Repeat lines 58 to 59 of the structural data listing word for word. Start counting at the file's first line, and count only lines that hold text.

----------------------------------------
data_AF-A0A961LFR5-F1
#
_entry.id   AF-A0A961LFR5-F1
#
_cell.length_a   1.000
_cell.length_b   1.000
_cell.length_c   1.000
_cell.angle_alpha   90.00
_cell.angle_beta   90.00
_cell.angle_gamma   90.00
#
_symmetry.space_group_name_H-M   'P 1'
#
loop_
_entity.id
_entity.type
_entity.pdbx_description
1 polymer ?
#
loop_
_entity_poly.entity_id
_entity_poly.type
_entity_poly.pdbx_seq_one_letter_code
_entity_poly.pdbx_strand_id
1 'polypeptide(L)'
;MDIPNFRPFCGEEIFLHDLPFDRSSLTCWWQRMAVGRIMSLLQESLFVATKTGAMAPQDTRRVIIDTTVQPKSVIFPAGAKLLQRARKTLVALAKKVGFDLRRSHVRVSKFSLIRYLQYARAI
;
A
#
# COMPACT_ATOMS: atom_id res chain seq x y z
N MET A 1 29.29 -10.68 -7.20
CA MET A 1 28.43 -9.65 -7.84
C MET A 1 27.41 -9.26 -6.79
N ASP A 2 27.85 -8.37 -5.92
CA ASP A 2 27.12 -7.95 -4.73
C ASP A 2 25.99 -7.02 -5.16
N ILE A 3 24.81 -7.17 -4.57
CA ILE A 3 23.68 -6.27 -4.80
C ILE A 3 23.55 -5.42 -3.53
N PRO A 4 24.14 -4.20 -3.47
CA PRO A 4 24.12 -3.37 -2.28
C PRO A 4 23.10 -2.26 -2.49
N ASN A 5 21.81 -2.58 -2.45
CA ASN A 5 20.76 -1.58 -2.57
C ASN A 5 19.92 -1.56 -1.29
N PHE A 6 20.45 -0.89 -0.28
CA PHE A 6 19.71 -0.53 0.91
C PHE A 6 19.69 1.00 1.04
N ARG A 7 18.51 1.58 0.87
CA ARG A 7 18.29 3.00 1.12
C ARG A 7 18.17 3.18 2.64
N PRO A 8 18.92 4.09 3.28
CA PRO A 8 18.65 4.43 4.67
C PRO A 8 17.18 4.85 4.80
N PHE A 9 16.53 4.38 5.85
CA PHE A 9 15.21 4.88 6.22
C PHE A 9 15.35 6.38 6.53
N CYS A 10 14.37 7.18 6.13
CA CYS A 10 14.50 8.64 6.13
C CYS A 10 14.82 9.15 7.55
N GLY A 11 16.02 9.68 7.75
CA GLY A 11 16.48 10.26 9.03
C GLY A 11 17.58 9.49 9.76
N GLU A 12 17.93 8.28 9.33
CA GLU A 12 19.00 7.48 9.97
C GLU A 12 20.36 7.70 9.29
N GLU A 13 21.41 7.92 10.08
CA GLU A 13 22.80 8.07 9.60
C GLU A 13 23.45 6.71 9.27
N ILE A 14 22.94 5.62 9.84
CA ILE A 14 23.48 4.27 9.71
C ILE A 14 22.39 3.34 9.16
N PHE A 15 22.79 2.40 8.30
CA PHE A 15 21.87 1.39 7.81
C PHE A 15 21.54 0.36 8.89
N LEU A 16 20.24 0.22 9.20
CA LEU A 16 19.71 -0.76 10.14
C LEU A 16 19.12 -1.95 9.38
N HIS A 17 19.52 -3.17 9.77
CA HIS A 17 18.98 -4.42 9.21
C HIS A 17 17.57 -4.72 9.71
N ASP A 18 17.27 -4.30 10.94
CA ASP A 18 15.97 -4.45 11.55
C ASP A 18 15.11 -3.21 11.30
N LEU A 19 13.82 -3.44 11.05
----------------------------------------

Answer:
N CYS A 10 14.37 7.18 6.13
CA CYS A 10 14.50 8.64 6.13